Memories. Do they make or take your freedom?
Lately my friends have been de-cluttering everything from closets and garages to smart phones. Good for them! I have a stockpile of flash drives storing old photos and documents that make me cringe when I think about sorting through them. Breaking FREE from our old stuff isn’t easy, but it feels like a slice of freedom when we do.
There’s an often quoted song lyric by Kris Kristofferson: “Freedom’s just another word for nothin’ else to lose.” It means that letting go of people and things would free us from the responsibilities they place on us. I like the freedom advice that comes from Apostle Paul, “Although we’re able to have everything, we must not become slaves to anything.” I don’t think freedom comes from having nothing. It’s won when we know what to keep in our lives and what to let go of.
Freedom asks of us, “What am I holding, and what’s got a hold of me?” Our answer is largely about our memories of what we’ve been through, what we’ve been taught, and what we believe. We depend on our memories to arm us with things that will protect us from harm and provide for our happiness. Our belongings tell stories of our lives. Sorting through our obvious belongings is really about sorting through our memories.
Good memories show up as special photos, jewelry, concert t-shirts, and sentimental keepsakes. It’s hard to part with things that remind us of good times. But when our memories spoil, we walk away from everything that stirs up a painful reminder of a relationship, once loved, now lost.
I lived in Kalamazoo for 355 days –one of the worst years of my life. I remember tyrannical bosses, 105 days of rain and snow, a too tiny apartment. I missed my family. I’ve since thrown out every photo I took of that city. I can’t even look at celery because Kalamazoo is the celery capital of America. I switch TV channels when the MI chamber of commerce proclaims, “Say yes to Michigan.” But even when I got rid of my tangible items attached to Kalamazoo, I was still imprisoned by memories.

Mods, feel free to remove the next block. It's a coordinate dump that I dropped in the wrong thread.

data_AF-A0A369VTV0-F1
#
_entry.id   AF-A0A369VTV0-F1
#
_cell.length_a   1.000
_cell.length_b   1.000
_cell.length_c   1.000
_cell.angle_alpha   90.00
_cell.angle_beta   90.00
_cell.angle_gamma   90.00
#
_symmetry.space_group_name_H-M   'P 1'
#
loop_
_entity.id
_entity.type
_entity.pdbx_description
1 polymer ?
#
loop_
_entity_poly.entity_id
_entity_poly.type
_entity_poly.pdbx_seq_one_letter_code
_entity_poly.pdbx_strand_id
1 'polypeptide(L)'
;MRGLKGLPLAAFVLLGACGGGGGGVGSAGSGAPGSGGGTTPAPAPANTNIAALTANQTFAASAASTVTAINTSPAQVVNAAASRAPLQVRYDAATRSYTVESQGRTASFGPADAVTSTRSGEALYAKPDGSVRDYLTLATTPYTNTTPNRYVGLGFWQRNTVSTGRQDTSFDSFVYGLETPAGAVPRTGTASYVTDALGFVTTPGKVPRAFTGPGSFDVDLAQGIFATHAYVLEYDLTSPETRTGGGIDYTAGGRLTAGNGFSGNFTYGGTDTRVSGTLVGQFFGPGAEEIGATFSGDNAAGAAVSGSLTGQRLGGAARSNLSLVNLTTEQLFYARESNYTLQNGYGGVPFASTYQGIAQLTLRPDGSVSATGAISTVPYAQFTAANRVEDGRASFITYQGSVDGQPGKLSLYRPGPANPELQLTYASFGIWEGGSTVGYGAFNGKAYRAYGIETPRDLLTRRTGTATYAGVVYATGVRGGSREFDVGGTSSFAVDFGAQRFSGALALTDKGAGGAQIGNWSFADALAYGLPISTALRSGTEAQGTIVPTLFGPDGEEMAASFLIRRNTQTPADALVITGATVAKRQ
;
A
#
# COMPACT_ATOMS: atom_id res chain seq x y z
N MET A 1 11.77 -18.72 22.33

Most of us have bad memories (or really bad memories!) that clutter up our heads and hearts with anger, hurt or shame. Sometimes we store them deep in the basements our minds, avoiding them except when we want to recall and reinforce our vows to never be hurt again.
But I’m learning that memories can distort the truth. I’m clawing my way through painful and messy memories to uncover the proverbial “rest of the story.” (Kalamazoo is a great place if I’m just willing to remember!) Fight to find your happier, healthier memories. Reorganize what’s too painful to hold on to, but too painful to let go of. Freedom is choosing what to keep in your life, and loving what you choose. How?
1) Pay attention! The word memory comes from the 13th century Latin word, mindful. No one can make you practice mindfulness – which is really just paying attention. But I promise you, when you pay attention to the connection between your memories and your belongings, you’ll make more memories that you’ll want to keep around.
2) There will be times you ask, “What do I need?” Try following up with the question, “Where am I needed?” It feels good to be needed. Being needed isn’t a burden – it creates the kind of freedom that comes from knowing we are living out our greatest purpose. Hold on to each other, more than anything, for dear life. That’s really why we’re here: having each other, is truly having it all.